One of my fondest memories from my chaplaincy days at Yale is an annual trip where we would take over a dozen sophomores to Washington DC for the first week of spring break.  It was time away from campus to explore various houses of worship and communities of faith, to volunteer and to experience the extraordinary connectedness humans can have with one another through acts of radical hospitality.  The first sacred site we would visit each year was to a Sikh Temple, a Gurdwara.  We would spend time learning about some of the principles and tenets of Sikhism, participate in their weekly service and then enjoy what is called a langer meal with the community.  The langer meal that we share while sitting on the ground is also considered part of the service.  It is an overwhelmingly humbling experience.  One year something the spiritual leader of the Gurdwara said to us stayed in the forefront of our hearts and minds throughout the trip.  His words were simple, yet powerful, “You must come to the Temple to gain knowledge.  It is when you go out into the world that you must worship.”  

He was emphasizing a point not terribly different from how we are trying to live as followers of Christ.  We gather in community, as church as diverse members of the body of Christ to be reminded, to be fed by the spirit and then are sent out to care for one another because of this knowledge.  As people of God, we must care.  

Benedictine nun, Sr. Joan Chittister acknowledges that we “live out the kind of God we believe in.”  In other words, if we believe in a vengeful God, then we live a bitter life, cold and hard, suspicious of difference, our hearts empty, no need to care.  If we believe in a Good Shepherd God then we are, each one of us, held as we navigate through the shadows of life, as we encounter illness of body or mind in ourselves or others, as we see despair and try to ease it, as we see the absence of justice and respond.  These are the things that our God is acutely aware of and is constantly tending.  We look to the Good Shepherd God to show us the way and we look to one another each of us, sheep, to follow, to care.  

My beloved let us say, Amen

First Reading

Acts 4:8-12


Ps 118:1, 8-9, 21-23, 26, 28, 29

Second Reading

1 Jn 3:1-2


Jn 10:11-18
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Sharon M.K. Kugler

Sharon M.K. Kugler

Sharon M.K. Kugler became the seventh University Chaplain to Yale in July of 2007 and retired in June of 2023.  She came to New Haven from Johns Hopkins University in Baltimore where she had served as the University Chaplain since 1993.  Sharon has over three decades of experience in ministry in higher education, interfaith collaboration, pastoral and social ministry. Her main focus at Yale was to further cultivate a chaplaincy for students, faculty and staff which defines itself by serving the needs of the richly diverse religious and spiritual traditions on campus allowing for deeper dialogue, increased accessibility, personal growth, creative educational opportunities and pastoral leadership.  Sharon holds the appointment of Lecturer of Inter-Religious Engagement and Chaplaincy at the Yale Divinity School and is a contributing author to College & University Chaplaincy in the 21st Century: A Multifaith Look at the Practice of Ministry on Campuses across America.  Sharon was the first woman, first lay-person and first Roman Catholic to hold this position at Yale.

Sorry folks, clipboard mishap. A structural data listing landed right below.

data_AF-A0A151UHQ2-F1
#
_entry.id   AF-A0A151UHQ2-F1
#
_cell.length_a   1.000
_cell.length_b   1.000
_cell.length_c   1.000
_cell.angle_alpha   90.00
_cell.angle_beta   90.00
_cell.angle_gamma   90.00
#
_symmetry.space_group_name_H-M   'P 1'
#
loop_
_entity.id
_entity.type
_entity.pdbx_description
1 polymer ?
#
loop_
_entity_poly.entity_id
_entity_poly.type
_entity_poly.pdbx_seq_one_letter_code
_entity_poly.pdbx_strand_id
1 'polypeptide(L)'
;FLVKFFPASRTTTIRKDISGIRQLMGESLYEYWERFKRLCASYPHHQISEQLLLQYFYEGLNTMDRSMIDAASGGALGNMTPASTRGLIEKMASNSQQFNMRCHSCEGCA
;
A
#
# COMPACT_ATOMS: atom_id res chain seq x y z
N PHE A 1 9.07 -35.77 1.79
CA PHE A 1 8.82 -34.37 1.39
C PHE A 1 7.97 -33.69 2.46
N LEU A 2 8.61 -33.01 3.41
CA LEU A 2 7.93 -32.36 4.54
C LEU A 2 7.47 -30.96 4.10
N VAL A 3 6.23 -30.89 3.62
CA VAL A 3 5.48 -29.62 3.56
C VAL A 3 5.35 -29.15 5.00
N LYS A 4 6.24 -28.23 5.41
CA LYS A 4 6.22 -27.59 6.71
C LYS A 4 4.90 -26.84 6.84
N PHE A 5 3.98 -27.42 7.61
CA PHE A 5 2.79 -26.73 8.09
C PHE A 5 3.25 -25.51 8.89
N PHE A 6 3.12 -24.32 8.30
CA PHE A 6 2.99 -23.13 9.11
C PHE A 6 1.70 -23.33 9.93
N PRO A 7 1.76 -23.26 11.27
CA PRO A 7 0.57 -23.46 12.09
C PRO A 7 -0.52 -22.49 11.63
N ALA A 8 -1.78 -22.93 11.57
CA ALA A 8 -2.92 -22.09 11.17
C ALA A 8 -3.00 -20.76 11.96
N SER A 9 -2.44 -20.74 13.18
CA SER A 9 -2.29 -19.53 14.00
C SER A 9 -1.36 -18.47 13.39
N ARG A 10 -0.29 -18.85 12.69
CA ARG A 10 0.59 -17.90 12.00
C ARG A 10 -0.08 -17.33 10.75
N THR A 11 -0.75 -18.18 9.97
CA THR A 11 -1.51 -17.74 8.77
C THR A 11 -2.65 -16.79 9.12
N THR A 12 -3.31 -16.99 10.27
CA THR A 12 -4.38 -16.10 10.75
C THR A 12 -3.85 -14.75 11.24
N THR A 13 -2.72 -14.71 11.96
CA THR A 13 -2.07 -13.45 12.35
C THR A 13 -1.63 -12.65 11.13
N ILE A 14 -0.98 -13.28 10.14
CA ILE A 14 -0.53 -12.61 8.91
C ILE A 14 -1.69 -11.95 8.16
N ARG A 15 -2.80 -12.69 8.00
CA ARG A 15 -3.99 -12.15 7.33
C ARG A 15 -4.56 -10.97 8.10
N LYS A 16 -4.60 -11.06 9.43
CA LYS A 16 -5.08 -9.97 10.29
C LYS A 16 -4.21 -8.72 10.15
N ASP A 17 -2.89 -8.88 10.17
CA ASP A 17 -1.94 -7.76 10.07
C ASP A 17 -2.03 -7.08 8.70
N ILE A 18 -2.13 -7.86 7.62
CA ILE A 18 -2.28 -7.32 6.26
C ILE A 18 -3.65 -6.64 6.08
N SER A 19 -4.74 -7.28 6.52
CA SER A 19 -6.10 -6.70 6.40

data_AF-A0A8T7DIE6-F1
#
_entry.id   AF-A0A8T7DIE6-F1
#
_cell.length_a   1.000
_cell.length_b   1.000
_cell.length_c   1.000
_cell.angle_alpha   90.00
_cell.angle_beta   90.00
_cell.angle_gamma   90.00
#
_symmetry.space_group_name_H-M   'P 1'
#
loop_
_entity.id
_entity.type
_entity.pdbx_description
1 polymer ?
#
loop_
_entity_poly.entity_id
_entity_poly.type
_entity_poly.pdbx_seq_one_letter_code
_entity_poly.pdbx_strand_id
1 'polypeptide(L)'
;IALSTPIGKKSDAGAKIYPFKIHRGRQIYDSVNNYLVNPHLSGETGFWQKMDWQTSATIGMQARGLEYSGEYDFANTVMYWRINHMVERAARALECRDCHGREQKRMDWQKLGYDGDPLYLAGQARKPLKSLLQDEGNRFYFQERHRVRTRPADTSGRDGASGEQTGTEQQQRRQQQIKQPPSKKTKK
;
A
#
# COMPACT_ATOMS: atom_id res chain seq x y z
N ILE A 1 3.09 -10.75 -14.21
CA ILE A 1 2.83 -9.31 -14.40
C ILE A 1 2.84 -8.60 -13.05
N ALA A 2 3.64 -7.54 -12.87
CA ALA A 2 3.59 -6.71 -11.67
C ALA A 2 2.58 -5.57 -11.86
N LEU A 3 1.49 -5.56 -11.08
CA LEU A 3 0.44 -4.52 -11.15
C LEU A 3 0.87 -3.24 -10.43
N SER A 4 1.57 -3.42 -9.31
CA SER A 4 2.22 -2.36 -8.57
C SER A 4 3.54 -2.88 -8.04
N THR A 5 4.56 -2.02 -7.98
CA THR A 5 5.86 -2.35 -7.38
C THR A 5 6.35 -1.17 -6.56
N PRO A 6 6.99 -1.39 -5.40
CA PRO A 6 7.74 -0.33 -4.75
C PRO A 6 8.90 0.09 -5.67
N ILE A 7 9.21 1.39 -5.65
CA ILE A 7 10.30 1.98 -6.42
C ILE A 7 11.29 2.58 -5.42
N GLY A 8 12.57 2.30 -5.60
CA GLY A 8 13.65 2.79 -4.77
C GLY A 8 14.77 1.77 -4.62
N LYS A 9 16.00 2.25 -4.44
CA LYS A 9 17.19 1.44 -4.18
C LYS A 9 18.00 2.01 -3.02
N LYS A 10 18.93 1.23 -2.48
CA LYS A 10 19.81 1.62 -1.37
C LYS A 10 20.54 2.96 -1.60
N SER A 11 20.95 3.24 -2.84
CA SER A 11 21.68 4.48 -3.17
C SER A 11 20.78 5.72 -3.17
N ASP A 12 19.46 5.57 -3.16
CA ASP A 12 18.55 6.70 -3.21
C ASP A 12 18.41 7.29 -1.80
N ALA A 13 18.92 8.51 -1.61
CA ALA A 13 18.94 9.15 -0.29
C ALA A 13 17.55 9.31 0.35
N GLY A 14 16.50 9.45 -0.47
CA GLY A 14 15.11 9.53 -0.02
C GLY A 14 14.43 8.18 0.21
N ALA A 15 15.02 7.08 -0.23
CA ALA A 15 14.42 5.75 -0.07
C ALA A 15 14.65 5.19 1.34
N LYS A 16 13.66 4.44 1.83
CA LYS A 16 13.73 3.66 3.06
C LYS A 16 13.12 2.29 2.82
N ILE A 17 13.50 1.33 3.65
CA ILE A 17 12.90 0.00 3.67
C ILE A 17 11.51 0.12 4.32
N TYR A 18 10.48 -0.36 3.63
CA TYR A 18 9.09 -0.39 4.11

Sharon is the past president of both the National Association of College and University Chaplains (NACUC) and the Association of College and University Religious Affairs (ACURA).  She served on the Executive Committee of the International Association of Chaplains in Higher Education (IACHE) until 2014.  In June of 2012 she hosted the Global Conference of Chaplains in Higher Education at Yale University welcoming over 450 participants from 25 countries and 11 religious traditions.  Sharon received her Masters degree from Georgetown University and is a member of the Theta Alpha Kappa National Honor Society for Religious Studies and Theology. Her thesis, "The Limits and Possibilities of Building a Religiously Plural Community" was used by the United States Department of Defense Office of the Chief of Chaplains as a training tool for new chaplains in the military. Sharon has received honorary doctorates from St. Joseph University in West Hartford, CT, Santa Clara University in Santa Clara, CA and Fairfield University in Fairfield, CT.   She is married to Duane Isabella, has two daughters and eight grandchildren.  In her retirement, Sharon is figuring things out as she goes along and continuing to learn from detours along the way.



The second of three volumes from the Catholic Women Preach project of FutureChurch offers homilies for each Sunday and holy days of the liturgical year by Catholic women from around the world.  The first volume for Cycle A received awards for best book on Liturgy from both the Association of Catholic Publishers and the Catholic Media Association.

“Catholic Women Preach is one of the more inspiring collection of homilies available today. Based on the deep spirituality and insights of the various women authors, the homilies are solidly based on the scriptures and offer refreshing and engaging insights for homilists and listeners. The feminine perspective has long been absent in the preached word, and its inclusion in this work offers a long overdue and pastorally necessary resource for the liturgical life of the Church.” - Catholic Media Association